- There are a considerable number of local political figures who regularly use public transport on a daily basis
    - I also think you over egg the issue slightly. No form of public transport will be 100% satisfactory, even the car. Sitting on the Sydenham Bye Pass every morning, watching all the trains going past on their way to Belfast. Just over 20 minutes from Bangor to Belfast by train (even at peak times). How can the car park which is the Sydenham Bye Pass be a better choice than the train, only a mad person would believe that. Even in the private car you can't really go "when and where you want to" or at least not in any quick or efficient manner or for that matter any cheaper way. All things considered; fuel costs, road tax, parking, wear and tear, insurance, must definitely point to the obvious that public transport is the better option and in particular, the rail service on the Bangor line is the wisest option. In general, rail service (where it is available in NI) is by far and away the best choice
    - Continued investment in Public Transport is essential
    - Translink have announced that they will not be raising fares this year
    - For comparable journey in the UK, NI rail fares are excellent value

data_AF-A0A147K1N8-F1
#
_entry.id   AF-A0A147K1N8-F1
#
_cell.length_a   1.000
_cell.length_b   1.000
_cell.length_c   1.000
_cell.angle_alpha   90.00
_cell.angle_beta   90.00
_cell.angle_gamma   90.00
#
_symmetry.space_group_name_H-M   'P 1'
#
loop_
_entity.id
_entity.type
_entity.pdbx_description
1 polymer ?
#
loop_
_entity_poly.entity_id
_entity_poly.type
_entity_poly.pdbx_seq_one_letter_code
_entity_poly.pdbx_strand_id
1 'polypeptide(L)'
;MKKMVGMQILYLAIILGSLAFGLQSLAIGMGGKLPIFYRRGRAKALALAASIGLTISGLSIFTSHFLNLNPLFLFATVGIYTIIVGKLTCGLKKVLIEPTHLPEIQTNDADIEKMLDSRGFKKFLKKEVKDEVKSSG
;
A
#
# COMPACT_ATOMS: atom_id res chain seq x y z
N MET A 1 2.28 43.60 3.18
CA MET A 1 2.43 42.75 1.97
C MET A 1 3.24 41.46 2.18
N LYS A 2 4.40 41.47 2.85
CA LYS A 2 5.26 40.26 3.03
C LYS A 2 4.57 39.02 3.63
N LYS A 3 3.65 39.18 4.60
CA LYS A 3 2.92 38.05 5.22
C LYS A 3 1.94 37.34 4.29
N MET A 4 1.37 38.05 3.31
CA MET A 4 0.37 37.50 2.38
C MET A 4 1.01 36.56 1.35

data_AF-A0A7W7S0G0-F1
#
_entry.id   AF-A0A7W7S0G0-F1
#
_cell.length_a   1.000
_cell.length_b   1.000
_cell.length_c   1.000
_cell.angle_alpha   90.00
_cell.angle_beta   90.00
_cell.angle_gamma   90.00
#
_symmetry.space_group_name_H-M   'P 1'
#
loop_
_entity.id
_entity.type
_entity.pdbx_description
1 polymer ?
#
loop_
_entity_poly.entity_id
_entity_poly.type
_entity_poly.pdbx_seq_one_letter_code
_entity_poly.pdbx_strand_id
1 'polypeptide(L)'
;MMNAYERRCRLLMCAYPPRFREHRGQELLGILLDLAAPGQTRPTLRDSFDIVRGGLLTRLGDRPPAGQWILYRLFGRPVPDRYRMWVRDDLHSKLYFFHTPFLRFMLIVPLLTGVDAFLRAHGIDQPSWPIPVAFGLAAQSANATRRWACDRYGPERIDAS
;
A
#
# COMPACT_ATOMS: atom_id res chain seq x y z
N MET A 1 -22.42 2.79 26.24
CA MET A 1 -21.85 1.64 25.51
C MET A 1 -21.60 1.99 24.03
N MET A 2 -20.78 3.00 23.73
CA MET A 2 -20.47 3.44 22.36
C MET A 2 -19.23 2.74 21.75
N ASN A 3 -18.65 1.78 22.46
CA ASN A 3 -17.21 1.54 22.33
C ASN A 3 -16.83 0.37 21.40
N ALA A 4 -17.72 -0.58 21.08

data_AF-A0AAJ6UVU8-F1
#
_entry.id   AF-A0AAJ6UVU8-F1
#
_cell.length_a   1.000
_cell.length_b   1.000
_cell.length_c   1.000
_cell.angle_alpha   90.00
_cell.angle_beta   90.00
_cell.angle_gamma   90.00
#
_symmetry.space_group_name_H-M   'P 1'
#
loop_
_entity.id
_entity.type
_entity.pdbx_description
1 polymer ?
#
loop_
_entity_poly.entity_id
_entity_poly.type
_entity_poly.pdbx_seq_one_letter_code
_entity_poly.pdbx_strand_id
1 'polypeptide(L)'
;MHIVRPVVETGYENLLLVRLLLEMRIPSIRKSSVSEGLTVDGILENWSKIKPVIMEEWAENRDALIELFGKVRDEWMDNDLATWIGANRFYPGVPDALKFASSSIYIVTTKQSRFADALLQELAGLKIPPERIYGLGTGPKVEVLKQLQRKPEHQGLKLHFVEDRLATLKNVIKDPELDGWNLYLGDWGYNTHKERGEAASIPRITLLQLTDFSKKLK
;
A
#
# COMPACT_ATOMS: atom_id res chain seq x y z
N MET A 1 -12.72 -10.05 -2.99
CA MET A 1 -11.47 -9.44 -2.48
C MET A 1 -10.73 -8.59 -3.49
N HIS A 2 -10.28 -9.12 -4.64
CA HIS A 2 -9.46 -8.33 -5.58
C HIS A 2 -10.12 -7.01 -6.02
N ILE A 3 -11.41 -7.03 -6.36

2. Firstly, let me say that my post was not an attack on Translink and certainly not on the service from Bangor to Belfast, though I can see why you made the connection.

    I appreciate that there have been investments in rolling stock and that is fantastic but it doesn't address the main thrust of my post. Public Transport needs to be the first choice of transport for the majority. Right now, it isn't, and despite any efforts by Translink it won't be without truly massive, revolutionary level investment.

    Let me ask this: if offered double it's budget would Translink reject saying it wasn't needed? Do Translink feel that Public Transport in NI meets the needs of the people and achieves it's objectives?

    If the rail service is the 'wisest' option why is it not the most popular? Is it a failure of marketing?

    A final point: There are NOT a considerable number of political figures who use public transport. There are some notable figures, for sure, but to use the word 'considerable' implies that it is a sizeable chunk of our elected reps and that, frankly, is absolute nonsense.

    By the way, I expect we can talk about this next Tuesday evening if you are who I think you are!